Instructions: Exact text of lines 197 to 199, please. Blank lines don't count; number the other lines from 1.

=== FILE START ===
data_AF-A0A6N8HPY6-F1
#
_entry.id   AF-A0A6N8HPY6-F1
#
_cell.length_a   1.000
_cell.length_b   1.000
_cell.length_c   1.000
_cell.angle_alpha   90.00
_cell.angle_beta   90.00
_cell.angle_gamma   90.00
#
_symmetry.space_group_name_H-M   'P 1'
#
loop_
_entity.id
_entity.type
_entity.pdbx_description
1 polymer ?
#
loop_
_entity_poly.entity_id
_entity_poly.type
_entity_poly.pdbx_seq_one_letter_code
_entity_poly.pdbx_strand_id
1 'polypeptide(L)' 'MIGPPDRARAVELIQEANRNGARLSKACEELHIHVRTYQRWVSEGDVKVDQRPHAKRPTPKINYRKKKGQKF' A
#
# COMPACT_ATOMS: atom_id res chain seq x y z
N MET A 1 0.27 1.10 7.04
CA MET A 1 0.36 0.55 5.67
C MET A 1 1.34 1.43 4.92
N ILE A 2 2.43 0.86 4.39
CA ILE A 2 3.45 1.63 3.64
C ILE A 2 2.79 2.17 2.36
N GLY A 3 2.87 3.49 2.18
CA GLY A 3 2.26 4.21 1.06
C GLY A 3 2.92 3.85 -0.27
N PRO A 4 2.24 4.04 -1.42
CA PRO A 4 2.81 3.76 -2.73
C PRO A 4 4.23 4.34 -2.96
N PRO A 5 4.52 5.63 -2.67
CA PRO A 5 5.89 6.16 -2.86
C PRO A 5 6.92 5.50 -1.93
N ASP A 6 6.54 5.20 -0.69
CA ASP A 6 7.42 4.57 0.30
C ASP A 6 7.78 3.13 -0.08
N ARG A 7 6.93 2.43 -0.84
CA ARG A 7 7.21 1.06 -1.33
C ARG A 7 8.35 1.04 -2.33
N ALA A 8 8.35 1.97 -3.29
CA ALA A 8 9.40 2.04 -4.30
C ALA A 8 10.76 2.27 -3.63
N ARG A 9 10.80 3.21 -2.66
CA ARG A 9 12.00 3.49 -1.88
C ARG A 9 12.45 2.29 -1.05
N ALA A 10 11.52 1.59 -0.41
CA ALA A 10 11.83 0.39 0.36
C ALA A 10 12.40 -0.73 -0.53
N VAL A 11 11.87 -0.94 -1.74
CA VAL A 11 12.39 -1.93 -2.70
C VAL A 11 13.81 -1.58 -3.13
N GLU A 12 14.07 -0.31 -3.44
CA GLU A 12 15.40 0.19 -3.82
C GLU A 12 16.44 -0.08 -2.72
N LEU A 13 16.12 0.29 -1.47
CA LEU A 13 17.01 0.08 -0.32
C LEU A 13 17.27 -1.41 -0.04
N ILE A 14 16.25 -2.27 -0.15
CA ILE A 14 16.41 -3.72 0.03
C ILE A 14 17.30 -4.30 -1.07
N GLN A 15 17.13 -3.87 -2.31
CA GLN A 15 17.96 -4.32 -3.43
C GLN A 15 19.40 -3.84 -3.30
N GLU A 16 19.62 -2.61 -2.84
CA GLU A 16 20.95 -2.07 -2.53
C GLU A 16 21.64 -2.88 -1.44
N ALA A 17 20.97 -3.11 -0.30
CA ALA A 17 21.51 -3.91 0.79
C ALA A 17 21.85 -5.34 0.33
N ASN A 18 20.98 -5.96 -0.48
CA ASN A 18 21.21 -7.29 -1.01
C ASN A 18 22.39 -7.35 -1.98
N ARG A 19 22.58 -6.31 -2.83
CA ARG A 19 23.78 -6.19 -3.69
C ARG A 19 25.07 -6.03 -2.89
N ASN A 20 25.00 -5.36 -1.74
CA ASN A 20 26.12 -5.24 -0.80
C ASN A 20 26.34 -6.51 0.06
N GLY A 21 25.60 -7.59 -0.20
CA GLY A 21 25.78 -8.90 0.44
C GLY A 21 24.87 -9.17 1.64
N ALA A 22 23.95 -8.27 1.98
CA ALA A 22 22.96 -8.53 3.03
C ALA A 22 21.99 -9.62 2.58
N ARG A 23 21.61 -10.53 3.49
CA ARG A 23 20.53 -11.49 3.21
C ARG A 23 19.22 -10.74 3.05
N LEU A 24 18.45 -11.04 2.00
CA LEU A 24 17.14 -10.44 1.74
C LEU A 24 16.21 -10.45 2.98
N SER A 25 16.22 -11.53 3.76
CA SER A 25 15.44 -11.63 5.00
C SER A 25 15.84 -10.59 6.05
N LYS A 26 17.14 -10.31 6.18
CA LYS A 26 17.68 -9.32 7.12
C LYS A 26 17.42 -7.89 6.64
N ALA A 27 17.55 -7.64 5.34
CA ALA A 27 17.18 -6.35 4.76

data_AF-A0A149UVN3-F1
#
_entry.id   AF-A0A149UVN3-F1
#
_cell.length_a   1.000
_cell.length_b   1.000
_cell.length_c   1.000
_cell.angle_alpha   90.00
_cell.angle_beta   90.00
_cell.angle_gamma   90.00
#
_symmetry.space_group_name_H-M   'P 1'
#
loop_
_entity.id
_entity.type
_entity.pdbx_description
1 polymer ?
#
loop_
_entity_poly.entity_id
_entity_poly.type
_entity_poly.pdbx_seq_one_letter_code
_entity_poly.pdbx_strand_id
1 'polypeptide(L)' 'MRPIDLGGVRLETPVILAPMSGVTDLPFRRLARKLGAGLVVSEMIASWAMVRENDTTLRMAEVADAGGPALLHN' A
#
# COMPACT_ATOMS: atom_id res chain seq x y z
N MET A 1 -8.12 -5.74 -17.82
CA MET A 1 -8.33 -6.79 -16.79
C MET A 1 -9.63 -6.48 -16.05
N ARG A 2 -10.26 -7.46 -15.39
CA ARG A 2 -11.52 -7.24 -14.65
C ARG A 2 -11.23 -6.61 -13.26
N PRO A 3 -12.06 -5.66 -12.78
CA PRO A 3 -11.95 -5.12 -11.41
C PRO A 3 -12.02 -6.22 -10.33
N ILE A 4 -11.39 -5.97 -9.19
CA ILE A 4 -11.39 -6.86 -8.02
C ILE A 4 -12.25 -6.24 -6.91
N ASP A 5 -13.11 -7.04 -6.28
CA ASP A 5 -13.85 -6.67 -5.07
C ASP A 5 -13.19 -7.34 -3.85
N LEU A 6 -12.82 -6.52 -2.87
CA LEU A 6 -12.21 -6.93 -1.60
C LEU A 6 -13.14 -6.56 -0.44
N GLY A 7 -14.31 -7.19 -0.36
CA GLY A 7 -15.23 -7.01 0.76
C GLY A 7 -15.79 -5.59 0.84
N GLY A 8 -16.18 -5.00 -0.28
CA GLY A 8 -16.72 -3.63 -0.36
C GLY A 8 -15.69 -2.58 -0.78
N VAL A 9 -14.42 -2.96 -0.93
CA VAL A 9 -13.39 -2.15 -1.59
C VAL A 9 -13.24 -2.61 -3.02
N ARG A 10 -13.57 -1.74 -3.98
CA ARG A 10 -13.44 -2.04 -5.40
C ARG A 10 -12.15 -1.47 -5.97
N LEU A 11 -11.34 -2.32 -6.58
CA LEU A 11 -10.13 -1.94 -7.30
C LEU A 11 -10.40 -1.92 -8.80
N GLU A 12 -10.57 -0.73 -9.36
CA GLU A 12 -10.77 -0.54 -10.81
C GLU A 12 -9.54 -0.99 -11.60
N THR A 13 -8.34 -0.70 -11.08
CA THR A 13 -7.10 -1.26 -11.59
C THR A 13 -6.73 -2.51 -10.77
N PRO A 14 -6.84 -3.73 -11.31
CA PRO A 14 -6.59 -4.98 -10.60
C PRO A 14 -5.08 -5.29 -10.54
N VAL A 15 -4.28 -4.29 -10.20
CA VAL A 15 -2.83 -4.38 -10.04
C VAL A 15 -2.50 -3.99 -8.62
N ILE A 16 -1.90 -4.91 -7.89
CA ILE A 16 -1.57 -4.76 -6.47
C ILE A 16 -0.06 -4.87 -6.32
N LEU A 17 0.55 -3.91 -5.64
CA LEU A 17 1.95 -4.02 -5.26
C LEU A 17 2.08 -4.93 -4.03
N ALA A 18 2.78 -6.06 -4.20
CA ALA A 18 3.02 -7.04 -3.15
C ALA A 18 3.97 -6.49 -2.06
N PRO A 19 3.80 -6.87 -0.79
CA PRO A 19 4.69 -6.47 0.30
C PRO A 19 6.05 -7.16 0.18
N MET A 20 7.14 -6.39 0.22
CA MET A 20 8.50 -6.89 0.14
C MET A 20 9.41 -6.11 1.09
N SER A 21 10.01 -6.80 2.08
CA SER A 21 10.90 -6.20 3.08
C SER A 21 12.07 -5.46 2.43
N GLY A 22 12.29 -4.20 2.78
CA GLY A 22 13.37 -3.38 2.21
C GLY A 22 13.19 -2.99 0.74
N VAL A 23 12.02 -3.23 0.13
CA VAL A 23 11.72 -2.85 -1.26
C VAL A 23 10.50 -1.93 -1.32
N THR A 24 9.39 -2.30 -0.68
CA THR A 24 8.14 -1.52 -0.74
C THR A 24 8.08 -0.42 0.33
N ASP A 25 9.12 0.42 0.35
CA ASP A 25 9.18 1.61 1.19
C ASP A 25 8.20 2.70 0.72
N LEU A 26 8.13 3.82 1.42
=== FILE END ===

C SER A 21 12.07 -5.46 2.43
N GLY A 22 12.29 -4.20 2.78
CA GLY A 22 13.37 -3.38 2.21